By Stephanie D Lewis
Therapist: Before we begin, I want to stress that anything we discuss here remains in the strictest of confidence and will not be spoken outside of this room or…
Captain: Or turned into childish lyrics and sung on bicycles, joyriding around Salzburg. Do I make myself clear?? (Tooot, tooooooot–)
Maria: Oh spare me your whistle, Captain.
Therapist: Tssk, tssk . . . definite control issues. So what can I help you folks with today?
Captain: Well first and foremost…how do you solve a problem like Maria? Also, whenever there’s a thunderstorm, my wife invites others into our bed. And I’m sick of tea as a drink with jam and bread—big Starbucks guy here. Additionally, you can never just bid a simple goodbye to Maria when leaving the house. Gotta launch into a whole choreographed megillah, “So long, farewell, auf wiedersehen, sayonara, shalom,” etc. And finally, her constant yodeling has gotten on my last nerve.
Therapist: Hmmm…quite a laundry list there. Anything you want to add, Maria?
Maria: (Singing) Perhaps I had a wicked childhood. Perhaps I had a miserable youth.
Therapist: But somewhere in your youth or childhood, you must’ve done something good?
Maria: Nothing comes from nothing. Nothing ever could.
Captain: And that’s exactly what this session is worth!
Therapist: Now, now Captain. Your wife tells me you aren’t very supportive of her creative household frugality.
Captain: Ya think? Who needs to wear window coverings to military march around our foyer??
Maria: But the children. They just want love. Please just love them, Captain. The children.
Captain: Frankly my dear, I don’t give a damn.
Therapist: I’m sorry but that’s not the correct line for you, is it? It’s not in my notes. Let’s save the Rhett Butler nonsense for later. He’s actually my next appointment.
Captain: I said that to make a point. My wife identifies with Gone With the Wind – – they also transition their curtains/draperies into ladies fashionable outfits, you know? It’s like she’s taken Scarlett O’hara and Maria Von Trapp and blended them both together.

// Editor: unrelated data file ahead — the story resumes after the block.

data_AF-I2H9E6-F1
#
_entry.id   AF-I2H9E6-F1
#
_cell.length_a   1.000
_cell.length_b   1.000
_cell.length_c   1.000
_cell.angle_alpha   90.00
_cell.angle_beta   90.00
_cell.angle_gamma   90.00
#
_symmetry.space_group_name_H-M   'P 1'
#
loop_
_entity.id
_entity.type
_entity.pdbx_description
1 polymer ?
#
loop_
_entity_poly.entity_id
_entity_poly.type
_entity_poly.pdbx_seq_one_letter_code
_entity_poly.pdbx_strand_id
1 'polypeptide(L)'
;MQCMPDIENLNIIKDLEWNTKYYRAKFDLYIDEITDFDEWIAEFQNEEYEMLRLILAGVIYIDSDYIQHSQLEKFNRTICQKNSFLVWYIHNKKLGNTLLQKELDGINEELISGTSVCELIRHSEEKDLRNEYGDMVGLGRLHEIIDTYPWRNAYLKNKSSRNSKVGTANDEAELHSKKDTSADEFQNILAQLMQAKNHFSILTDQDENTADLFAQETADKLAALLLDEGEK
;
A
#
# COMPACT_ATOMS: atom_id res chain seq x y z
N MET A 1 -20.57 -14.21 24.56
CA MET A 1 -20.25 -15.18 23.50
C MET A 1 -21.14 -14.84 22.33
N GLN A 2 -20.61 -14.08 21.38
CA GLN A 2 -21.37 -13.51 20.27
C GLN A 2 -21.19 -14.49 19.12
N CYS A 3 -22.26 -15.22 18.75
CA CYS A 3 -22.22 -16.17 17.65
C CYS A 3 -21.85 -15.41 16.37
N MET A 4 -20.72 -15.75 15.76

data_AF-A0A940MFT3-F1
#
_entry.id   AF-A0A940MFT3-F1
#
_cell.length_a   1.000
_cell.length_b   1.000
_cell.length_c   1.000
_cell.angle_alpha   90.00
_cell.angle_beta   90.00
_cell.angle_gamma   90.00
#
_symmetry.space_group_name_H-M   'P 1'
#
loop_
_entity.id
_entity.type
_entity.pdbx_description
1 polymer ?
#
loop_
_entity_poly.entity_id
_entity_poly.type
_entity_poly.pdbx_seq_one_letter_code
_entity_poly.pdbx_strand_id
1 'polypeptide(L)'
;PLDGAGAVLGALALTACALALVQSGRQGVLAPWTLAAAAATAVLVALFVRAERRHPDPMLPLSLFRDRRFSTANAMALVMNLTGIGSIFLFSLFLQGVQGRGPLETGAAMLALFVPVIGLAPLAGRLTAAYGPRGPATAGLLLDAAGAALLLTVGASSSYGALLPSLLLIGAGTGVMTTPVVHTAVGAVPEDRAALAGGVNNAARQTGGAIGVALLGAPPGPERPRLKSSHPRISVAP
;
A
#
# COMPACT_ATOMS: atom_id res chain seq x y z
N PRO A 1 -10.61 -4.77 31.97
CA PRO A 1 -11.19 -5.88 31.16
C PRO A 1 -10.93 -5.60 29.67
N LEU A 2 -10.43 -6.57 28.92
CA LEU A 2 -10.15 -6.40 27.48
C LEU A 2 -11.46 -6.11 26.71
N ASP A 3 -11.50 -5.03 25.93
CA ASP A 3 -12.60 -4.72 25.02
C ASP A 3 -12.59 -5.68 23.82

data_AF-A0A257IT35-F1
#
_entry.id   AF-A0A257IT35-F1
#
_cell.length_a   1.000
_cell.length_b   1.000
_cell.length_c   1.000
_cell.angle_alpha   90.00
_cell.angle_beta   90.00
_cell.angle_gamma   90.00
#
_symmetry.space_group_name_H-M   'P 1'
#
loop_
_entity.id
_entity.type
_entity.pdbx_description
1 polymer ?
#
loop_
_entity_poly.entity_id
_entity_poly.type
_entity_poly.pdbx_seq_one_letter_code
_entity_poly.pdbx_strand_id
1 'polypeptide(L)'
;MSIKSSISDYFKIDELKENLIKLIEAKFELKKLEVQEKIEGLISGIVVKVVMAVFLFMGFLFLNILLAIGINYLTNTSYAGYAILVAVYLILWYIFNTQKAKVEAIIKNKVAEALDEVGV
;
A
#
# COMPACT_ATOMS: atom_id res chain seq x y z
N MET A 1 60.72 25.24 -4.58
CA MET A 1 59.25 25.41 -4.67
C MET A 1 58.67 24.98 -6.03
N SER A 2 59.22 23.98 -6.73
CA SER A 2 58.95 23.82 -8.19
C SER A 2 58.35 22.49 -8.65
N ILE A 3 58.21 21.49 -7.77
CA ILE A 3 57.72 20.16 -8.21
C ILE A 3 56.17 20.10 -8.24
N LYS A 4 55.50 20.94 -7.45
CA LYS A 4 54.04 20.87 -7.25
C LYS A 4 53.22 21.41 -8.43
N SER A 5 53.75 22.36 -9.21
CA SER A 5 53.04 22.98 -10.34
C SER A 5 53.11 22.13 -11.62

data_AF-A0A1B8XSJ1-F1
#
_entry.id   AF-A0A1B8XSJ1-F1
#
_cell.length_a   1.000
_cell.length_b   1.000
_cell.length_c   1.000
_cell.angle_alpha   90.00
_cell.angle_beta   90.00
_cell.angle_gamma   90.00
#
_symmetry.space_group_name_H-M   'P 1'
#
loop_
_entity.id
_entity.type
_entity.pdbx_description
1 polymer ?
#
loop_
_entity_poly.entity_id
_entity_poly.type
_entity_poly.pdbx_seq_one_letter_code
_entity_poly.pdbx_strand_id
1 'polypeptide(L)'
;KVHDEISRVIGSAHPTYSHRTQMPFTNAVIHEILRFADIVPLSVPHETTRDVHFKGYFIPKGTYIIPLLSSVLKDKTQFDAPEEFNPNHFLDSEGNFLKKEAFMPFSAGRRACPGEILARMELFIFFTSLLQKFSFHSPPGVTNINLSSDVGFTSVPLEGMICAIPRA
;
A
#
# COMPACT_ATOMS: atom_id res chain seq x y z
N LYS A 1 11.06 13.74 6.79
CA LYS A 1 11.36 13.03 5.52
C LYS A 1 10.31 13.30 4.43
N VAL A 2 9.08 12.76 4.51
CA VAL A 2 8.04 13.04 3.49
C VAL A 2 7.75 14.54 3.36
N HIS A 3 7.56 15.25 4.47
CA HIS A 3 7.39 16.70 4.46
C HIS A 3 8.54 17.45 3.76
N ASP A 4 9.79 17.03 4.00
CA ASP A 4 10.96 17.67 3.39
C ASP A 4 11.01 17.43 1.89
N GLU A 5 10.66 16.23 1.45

Therapist: Could that be true, Maria? Do you think you have Transblender tendencies?
Captain: Haha! That was just my little joke!
Maria: Honestly Georg, you’re so juvenile. Like an eighth child. You are 16 going on 17.
Therapist: Speaking of, have you two ever considered hiring a governess? Parenting isn’t easy.
Captain: Ah yes, some pretty young thing from a nunnery with a penchant for warm woolen mittens and whiskers on kittens.
Captain: Fraulein! You will remember yourself!
Therapist: Seriously? Who says that anymore? Is that even a thing?
Maria: Well, it’s time for my prayers. God bless the Captain, Liesl, Friedrich, Louisa, Brigitta, Marta, Gretel and . . .
Maria: Gesundheit and bless you . . . err, I’ve forgotten what you’re called. What’s your name again? I know it’s not Kurt. Well God bless What’s-Your-Name.
Captain: OMG. Is there any hope for this relationship? With a woman who has a severe phobia.
Therapist: Nobody mentioned phobias. Maria? What is it that truly scares you, my dear?
Maria: The hills are alive . . .
Therapist: Now we’re finally getting somewhere. But I’m afraid that’s all the time we have for this week.
Captain: Don’t you have any quick advice to conquer this fear? We may need to hike through the Alps one day with Nazis chasing after us.
Therapist: Of course — here’s my favorite therapeutic tip…“Climb every mountain!”